AT&T Enforces Data Cap on Femtos

Think you can get around AT&T's data caps by using your Microcell? Think again because that data counts towards your monthly cap

Michelle Donegan

June 17, 2010

2 Min Read
AT&T Enforces Data Cap on Femtos

In the aftermath of AT&T Inc. (NYSE: T)'s announcement of new mobile data price plans, the operator reveals that data used on its Microcell femtocell will be included in subscribers' newly capped monthly data allowance. (See AT&T Intros Mobile Data Caps, Capping the Data Gusher, 5 Mobile Apps That Bust Data Caps, and BillShrink: AT&T Data Caps Mean Paying Twice.)

First spotted by Current Analysis research director Peter Jarich, the news that 3G data traffic running over the AT&T Microcell will count towards a user's monthly data limits, just as making voice calls over the Microcell counts towards a user's monthly bucket of minutes, was confirmed by an AT&T spokeswoman. (See Femto Watch: Vodafone Means Business in Spain and AT&T's 3G Femtocells Now in More US Cities.)

It is possible to get unlimited calling on the Microcell for $19.99 per month, but this is only for voice calls, not data.

In contrast, WiFi usage does not count towards a subscriber's monthly data limit.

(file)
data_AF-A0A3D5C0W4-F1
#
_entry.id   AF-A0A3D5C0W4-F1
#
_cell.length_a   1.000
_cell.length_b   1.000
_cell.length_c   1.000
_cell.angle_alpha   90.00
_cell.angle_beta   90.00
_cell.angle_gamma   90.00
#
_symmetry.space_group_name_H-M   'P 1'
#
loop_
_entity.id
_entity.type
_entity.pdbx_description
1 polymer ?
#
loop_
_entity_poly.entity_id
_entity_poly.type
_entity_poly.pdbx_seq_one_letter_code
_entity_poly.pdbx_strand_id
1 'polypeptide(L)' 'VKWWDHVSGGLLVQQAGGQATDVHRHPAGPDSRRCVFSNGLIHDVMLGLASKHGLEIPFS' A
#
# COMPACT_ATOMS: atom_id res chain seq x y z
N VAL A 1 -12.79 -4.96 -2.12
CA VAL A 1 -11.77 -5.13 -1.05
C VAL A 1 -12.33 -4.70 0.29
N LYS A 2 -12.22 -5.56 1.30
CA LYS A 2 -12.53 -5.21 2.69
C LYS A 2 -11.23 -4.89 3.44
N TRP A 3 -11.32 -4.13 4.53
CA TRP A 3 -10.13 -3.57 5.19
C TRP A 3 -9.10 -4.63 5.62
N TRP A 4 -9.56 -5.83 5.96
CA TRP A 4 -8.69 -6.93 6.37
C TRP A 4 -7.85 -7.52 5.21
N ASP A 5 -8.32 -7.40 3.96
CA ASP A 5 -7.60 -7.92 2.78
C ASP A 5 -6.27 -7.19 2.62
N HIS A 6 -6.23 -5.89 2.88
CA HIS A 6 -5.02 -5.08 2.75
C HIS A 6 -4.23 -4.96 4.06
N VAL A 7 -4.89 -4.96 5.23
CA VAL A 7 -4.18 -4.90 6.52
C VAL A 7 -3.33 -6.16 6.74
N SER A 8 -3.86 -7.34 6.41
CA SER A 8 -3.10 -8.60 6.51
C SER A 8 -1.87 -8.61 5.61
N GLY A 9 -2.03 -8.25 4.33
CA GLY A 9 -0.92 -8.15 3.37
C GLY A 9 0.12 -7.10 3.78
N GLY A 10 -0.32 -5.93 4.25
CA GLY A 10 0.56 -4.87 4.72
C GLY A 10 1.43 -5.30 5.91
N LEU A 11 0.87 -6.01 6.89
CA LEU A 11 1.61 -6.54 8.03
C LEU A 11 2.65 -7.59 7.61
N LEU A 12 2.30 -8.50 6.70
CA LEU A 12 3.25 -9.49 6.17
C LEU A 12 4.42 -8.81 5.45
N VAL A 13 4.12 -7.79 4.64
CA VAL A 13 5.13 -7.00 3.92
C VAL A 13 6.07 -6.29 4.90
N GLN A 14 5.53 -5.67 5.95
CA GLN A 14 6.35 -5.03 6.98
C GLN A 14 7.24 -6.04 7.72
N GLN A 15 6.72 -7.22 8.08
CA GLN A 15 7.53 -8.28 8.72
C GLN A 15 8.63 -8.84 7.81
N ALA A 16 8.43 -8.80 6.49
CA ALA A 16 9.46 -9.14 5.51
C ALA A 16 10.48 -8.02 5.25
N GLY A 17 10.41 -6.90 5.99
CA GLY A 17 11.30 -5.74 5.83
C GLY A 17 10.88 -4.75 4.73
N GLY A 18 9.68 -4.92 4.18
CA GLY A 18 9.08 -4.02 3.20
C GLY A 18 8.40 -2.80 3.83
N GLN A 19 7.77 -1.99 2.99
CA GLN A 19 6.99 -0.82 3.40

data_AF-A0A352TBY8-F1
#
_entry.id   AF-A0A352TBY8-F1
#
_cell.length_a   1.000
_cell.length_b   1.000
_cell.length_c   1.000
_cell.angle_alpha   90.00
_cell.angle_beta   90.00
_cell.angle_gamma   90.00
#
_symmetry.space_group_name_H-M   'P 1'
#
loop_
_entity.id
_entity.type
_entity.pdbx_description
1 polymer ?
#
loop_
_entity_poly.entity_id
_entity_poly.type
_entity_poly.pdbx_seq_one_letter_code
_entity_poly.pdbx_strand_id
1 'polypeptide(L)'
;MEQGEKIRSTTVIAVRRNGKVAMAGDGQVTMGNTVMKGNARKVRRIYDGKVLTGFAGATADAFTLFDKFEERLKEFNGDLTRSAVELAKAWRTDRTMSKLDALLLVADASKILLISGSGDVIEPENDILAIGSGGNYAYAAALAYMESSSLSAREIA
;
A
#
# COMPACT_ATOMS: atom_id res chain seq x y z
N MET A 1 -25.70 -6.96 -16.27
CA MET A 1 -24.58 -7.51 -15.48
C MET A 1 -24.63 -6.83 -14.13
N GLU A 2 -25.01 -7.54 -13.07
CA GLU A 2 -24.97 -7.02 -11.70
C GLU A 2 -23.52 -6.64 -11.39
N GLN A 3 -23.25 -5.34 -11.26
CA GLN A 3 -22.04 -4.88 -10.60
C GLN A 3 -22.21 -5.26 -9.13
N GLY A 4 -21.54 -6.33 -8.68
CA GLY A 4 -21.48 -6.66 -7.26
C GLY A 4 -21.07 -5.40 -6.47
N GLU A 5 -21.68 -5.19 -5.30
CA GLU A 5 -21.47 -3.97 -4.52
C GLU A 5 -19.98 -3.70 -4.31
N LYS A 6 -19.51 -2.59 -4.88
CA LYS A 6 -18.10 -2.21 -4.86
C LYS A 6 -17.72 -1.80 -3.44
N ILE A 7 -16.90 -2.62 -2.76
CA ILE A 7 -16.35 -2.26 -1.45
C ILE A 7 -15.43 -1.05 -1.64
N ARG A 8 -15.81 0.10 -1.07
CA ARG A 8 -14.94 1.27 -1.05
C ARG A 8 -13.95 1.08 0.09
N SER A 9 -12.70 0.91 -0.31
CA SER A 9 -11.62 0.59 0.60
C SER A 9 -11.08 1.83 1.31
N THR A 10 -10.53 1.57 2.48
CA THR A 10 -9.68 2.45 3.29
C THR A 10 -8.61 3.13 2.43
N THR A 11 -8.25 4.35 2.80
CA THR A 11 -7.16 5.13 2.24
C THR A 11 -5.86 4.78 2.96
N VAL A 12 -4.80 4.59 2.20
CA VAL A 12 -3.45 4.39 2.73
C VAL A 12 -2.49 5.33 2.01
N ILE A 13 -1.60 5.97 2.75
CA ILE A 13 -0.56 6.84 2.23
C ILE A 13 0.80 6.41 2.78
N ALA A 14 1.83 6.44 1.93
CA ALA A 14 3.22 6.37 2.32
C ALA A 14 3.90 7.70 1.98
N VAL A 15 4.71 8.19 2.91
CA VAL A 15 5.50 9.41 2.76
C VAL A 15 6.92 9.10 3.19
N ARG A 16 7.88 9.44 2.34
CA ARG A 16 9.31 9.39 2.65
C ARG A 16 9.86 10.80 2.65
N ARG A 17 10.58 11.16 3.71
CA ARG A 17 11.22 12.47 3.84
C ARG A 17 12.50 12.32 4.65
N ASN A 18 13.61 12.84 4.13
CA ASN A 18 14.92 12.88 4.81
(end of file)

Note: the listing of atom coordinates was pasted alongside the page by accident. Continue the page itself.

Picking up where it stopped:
A pricing policy that includes femto usage in the data caps and not WiFi shows AT&T's preference for WiFi access. And in terms of offloading mobile data traffic from its busy 3G network, this policy also shows that AT&T's femtos take a back seat to WiFi. (See Deutsche Telekom Joins Rush to WiFi Offload and MWC Preview: Data Offload to the Rescue.)

Here is AT&T's position on the Microcell:

"The 3G MicroCell complements Wi-Fi by providing enhanced in-home voice coverage and reliable data when Wi-Fi may not be available -- but it is primarily intended for voice calls," said the AT&T spokeswoman in an email to Light Reading Mobile.

For consumers, the femto price model means that they will pay AT&T for the Microcell to get better indoor 3G coverage, pay for the backhaul connection to AT&T's core network, and pay AT&T to use that indoor 3G base station.

AT&T isn't alone here. Vodafone UK also counts voice and data traffic from its Sure Signal femtocell towards a subscribers' monthly voice plan and data limit. (See Vodafone Revs Femto Engine and Brits Get Femtos From July 1 .)

— Michelle Donegan, European Editor, Light Reading Mobile

About the Author(s)

Michelle Donegan

Michelle Donegan is an independent technology writer who has covered the communications industry for the last 20 years on both sides of the Pond. Her career began in Chicago in 1993 when Telephony magazine launched an international title, aptly named Global Telephony. Since then, she has upped sticks (as they say) to the UK and has written for various publications including Communications Week International, Total Telecom and, most recently, Light Reading.  

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